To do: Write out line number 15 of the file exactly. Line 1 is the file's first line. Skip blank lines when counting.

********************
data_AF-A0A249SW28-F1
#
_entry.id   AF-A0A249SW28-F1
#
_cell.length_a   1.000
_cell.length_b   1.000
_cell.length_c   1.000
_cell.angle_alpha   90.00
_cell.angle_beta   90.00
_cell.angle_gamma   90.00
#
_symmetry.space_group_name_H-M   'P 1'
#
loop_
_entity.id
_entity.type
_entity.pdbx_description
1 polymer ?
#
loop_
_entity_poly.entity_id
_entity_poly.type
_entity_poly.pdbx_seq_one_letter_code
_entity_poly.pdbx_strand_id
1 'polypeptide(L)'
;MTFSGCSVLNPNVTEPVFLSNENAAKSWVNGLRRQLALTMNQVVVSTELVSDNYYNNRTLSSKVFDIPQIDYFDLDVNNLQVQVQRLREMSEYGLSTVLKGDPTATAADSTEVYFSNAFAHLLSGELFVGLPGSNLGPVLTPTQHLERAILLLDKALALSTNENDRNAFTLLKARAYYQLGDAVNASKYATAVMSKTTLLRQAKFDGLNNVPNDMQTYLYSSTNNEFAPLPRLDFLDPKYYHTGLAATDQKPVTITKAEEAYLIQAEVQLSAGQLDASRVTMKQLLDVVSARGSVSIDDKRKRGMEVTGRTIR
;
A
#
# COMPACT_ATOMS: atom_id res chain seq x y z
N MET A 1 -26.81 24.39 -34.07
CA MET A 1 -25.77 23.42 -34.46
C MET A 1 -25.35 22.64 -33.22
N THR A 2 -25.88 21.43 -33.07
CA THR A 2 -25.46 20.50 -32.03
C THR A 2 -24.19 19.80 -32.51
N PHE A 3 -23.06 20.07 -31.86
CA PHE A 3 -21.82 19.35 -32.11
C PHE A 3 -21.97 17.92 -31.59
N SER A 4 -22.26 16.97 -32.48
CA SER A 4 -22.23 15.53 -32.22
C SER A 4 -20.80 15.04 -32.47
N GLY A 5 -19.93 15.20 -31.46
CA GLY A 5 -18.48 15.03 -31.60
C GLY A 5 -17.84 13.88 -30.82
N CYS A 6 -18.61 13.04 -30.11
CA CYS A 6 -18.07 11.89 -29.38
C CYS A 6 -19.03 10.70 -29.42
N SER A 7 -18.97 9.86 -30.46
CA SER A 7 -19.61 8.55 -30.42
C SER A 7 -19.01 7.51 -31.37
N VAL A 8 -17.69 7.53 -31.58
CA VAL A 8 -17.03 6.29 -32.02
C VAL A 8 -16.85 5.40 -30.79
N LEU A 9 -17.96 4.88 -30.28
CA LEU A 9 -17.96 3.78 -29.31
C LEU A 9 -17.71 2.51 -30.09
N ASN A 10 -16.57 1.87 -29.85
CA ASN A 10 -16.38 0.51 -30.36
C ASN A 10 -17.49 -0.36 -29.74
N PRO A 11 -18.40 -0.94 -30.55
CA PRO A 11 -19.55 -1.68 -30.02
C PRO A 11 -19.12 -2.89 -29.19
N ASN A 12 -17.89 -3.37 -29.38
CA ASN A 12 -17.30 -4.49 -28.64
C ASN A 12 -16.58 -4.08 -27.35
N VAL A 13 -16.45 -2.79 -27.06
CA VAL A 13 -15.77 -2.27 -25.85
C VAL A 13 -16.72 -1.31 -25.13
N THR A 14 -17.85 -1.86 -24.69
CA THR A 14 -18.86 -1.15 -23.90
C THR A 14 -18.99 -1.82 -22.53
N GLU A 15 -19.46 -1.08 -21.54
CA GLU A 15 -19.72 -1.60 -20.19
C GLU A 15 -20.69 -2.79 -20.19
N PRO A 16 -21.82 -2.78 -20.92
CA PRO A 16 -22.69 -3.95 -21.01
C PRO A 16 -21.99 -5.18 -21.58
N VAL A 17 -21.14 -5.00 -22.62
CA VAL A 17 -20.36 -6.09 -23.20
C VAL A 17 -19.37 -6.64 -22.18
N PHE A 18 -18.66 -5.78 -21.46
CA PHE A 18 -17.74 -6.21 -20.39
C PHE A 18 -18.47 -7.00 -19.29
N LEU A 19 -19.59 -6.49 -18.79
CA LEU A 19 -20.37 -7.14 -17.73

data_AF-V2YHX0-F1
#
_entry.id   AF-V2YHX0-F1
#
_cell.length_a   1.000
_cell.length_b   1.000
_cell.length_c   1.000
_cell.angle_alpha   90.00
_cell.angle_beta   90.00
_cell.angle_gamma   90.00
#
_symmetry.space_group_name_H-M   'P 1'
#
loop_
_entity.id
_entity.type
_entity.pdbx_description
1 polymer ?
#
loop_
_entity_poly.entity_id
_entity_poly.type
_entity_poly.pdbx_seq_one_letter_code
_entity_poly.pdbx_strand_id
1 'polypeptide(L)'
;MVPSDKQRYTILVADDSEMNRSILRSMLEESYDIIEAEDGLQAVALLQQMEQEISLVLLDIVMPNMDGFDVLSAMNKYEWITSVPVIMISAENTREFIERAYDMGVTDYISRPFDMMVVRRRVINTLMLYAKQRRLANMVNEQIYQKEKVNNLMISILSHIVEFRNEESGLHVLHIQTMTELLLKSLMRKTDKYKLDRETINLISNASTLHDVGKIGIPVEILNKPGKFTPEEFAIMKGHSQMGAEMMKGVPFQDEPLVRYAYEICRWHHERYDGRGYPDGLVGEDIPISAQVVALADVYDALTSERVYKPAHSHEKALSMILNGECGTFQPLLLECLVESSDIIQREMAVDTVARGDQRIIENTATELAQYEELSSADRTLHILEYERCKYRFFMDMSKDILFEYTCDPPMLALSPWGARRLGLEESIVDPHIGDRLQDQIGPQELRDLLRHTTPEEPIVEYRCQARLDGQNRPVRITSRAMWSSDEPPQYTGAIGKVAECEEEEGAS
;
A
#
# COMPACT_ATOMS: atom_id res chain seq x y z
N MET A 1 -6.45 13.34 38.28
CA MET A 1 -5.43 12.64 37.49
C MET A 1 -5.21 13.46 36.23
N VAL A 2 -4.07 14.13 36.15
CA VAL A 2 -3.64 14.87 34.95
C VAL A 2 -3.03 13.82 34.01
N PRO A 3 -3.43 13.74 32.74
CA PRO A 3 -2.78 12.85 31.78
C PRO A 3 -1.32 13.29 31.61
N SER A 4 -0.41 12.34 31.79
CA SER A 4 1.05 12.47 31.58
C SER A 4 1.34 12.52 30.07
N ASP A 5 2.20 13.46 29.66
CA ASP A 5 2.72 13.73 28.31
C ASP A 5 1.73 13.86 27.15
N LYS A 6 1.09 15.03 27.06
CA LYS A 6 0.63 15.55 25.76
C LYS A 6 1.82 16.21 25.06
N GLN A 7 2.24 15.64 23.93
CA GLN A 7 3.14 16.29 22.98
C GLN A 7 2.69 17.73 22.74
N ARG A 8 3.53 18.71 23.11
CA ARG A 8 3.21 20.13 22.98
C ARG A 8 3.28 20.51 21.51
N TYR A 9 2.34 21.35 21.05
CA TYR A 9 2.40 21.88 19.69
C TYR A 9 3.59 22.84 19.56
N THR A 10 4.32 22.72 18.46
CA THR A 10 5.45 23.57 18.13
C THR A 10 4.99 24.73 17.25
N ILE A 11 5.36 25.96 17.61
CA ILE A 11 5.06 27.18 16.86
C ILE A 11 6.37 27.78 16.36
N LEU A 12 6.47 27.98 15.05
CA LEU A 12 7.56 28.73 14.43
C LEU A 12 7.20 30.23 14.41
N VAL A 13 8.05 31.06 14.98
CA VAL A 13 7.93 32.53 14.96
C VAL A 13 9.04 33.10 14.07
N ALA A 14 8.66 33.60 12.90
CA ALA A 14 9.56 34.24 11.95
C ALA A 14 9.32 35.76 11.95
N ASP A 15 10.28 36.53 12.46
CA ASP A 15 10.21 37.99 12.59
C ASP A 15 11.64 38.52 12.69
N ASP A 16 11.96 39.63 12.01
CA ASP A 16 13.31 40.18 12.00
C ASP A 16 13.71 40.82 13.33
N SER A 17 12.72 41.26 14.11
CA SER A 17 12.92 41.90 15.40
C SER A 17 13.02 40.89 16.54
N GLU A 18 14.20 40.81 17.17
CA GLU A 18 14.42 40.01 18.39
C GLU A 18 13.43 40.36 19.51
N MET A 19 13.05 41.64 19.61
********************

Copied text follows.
_entity.id